Aspects of fracture processes in paper

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Doctoral thesis (article-based)
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39, [40]
Dissertations / Laboratory of Physics, Helsinki University of Technology, 122
The strength properties and fracture processes are studied in paper. This thesis deals with the fundamental structure and physical phenomenon of fracture. The methods employed are Monte Carlo simulations with a finite element model and experiments in fractography and acoustic emission. It is still unclear how the mechanical properties of paper, particularly strength depend on the disordered geometry of the fiber network. The shrinkage during manufacturing process induces internal stresses, which are crucial to macroscopic properties. The limiting strength in paper depends on crack pinning effects and obeys extremal statistics. The local stress variations introduce crack pinning and affect the fracture line topography. In the thesis geometrical effects of fiber network shrinkage are simulated and observed to follow a simple analytic expression. The shrinkage of fiber segments agrees qualitatively with microscopic measurements in literature. Extensive tensile strength distributions are obtained and compared with theoretical strength models. The strength of paper is found to be close to the Weibull and Duxbury distributions. Crack localization in tensile mode I loading is studied with initially notched strips. The resulting pinning probability agree with simple simulations and demonstrates that paper tolerates short order of fiber length notches. The fractal nature of paper crack line is analyzed in large samples. The geometry in fast crack propagation is found to be self-affine with a roughness exponent close to 0.6. The value is not in agreement with any fracture models. In addition systematic deviations from pure power law dependence is observed in the length-scale 5-20 mm. Acoustic emission spectroscopy is employed to study paper fracture in tensile and peel tests. By acoustic emission the energy released in micro fracturing is measured. The energy statistics are observed to obey power law analogously to Gutenberg-Richter's law for eartchquakes. In the tensile test the exponent characterizing the energy distribution is 1.2 and in the peel test 2.0. In the tensile tests the inter-arrival time between events obey a power law (Omori's law) with an exponent close to 1.0. In the peel tests deviations from Omori's power law are found. These observations suggest that the two often simultaneously witnessed power laws do no have a common origin. The acoustic emission results give new insight to fracture processes in the presence of disorder.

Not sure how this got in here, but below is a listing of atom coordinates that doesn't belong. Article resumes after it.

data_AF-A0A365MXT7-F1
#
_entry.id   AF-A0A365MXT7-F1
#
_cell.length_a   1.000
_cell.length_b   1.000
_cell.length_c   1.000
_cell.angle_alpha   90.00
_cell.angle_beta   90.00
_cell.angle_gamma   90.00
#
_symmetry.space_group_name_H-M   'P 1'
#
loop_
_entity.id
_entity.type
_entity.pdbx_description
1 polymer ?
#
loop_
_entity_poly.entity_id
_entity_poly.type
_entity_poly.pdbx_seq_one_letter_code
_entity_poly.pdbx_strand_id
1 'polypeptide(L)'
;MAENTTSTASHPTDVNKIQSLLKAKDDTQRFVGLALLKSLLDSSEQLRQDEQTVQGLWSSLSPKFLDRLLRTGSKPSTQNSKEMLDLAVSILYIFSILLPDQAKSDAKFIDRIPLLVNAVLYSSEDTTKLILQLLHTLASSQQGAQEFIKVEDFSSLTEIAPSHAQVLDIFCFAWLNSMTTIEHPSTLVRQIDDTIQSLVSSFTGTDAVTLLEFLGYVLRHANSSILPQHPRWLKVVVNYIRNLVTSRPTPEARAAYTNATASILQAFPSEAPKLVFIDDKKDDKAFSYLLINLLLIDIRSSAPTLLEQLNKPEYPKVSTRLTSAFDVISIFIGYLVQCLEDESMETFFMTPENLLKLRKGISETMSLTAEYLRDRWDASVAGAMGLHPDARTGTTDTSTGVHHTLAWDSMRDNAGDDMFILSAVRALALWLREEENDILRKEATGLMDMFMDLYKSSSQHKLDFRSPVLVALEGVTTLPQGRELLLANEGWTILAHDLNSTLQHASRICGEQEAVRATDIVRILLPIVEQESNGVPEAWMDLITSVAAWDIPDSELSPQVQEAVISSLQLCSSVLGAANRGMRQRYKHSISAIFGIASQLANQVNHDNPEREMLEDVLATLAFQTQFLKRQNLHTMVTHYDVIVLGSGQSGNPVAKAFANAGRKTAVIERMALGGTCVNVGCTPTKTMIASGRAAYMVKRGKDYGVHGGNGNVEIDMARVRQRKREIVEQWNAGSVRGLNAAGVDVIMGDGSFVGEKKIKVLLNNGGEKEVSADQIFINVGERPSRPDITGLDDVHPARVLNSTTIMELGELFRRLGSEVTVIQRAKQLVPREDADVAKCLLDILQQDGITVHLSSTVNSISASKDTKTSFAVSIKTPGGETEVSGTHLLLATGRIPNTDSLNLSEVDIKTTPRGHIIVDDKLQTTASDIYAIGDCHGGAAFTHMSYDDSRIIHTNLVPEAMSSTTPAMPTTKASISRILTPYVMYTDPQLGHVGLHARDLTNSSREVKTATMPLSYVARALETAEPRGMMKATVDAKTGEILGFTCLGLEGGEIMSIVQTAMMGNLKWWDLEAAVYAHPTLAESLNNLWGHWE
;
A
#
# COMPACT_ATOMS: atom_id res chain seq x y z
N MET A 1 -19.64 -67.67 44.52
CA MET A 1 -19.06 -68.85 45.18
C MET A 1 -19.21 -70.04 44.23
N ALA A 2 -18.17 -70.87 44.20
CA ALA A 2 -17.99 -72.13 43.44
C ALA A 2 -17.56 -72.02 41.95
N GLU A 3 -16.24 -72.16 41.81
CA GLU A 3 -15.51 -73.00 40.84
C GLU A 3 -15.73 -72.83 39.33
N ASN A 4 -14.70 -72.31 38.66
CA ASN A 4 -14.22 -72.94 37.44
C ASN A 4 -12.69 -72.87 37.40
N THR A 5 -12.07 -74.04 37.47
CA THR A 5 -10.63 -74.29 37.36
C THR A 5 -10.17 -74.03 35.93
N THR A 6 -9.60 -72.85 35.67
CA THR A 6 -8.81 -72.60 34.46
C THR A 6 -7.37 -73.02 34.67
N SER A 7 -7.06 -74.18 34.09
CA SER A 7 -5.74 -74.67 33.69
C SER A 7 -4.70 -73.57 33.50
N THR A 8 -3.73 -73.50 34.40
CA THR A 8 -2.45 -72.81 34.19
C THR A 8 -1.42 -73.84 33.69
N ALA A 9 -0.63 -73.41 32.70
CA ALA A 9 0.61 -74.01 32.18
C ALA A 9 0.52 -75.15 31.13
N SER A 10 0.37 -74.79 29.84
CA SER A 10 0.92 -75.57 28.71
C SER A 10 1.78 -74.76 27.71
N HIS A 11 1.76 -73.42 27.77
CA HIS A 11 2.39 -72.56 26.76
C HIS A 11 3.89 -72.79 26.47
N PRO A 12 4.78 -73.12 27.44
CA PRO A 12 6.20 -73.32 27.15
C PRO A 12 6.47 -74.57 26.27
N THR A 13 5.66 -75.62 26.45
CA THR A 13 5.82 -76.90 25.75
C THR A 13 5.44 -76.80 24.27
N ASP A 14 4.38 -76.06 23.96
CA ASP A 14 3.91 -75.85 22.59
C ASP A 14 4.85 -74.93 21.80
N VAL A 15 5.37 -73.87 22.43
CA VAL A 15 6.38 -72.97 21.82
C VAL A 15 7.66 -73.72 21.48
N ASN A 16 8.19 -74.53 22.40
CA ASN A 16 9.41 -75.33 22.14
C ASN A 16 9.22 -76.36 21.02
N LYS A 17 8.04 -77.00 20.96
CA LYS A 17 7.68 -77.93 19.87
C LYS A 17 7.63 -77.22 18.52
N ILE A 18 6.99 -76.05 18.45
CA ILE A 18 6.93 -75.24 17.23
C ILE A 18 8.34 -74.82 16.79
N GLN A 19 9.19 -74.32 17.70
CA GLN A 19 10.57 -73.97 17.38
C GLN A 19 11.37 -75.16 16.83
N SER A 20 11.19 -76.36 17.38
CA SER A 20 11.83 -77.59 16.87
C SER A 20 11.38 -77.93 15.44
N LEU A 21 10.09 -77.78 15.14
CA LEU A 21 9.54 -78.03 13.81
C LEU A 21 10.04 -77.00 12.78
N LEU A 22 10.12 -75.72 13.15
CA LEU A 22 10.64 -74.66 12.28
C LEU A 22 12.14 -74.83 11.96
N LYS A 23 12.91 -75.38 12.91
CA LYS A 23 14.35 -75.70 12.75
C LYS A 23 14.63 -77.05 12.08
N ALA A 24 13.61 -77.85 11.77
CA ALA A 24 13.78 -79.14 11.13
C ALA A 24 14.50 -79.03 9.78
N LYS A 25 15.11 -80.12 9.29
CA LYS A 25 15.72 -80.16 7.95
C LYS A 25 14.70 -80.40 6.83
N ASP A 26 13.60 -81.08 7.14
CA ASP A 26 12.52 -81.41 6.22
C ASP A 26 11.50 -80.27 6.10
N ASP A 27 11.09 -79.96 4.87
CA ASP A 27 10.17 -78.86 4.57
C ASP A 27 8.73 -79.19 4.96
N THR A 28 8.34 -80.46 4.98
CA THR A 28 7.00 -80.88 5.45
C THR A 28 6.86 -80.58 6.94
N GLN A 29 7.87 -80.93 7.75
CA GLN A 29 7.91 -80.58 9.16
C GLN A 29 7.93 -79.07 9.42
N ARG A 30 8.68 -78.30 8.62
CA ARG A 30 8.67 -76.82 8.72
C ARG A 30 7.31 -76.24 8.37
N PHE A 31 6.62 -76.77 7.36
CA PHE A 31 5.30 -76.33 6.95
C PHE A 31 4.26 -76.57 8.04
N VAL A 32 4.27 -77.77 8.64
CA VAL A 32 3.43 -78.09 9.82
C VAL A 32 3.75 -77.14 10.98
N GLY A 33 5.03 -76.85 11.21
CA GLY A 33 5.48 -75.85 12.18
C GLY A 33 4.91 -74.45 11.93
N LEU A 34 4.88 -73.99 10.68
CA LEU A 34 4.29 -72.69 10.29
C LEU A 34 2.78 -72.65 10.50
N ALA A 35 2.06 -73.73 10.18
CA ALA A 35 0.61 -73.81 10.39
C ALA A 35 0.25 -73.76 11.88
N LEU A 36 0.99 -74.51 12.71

strength, paper, fracture processes, fracturing, mechanical properties, fiber network, Monte Carlo simulations, acoustic emission spectroscopy
Other note
  • Korteoja M., Salminen L. I., Niskanen K. J. and Alava M. J., 1998. Strength Distribution in Paper. Material Science and Engineering A240, pages 173-180.
  • Salminen L. I., Alava M. J., Heyden S., Gustafsson P.-J. and Niskanen K. J., 2002. Simulation of Network Shrinkage. Nordic Pulp and Paper Research Journal 17, No. 2, pages 105-110.
  • Rosti J., Salminen L. I., Seppälä E. T., Alava M. J. and Niskanen K. J., 2001. Pinning of Cracks in Two-Dimensional Disordered Media. European Physical Journal B19, pages 259-263.
  • Salminen L. I., Alava M. J. and Niskanen K. J., 2003. Analysis of long crack lines in paper webs. European Physical Journal B32, pages 369-374.
  • Salminen L. I., Tolvanen A. I. and Alava M. J., 2002. Acoustic emission from paper fracture. Physical Review Letters 89, 185503.
  • Salminen L. I., Pulakka J. M., Alava M. J. and Niskanen K. J., Crackling noise in paper peeling. Submitted for publication.
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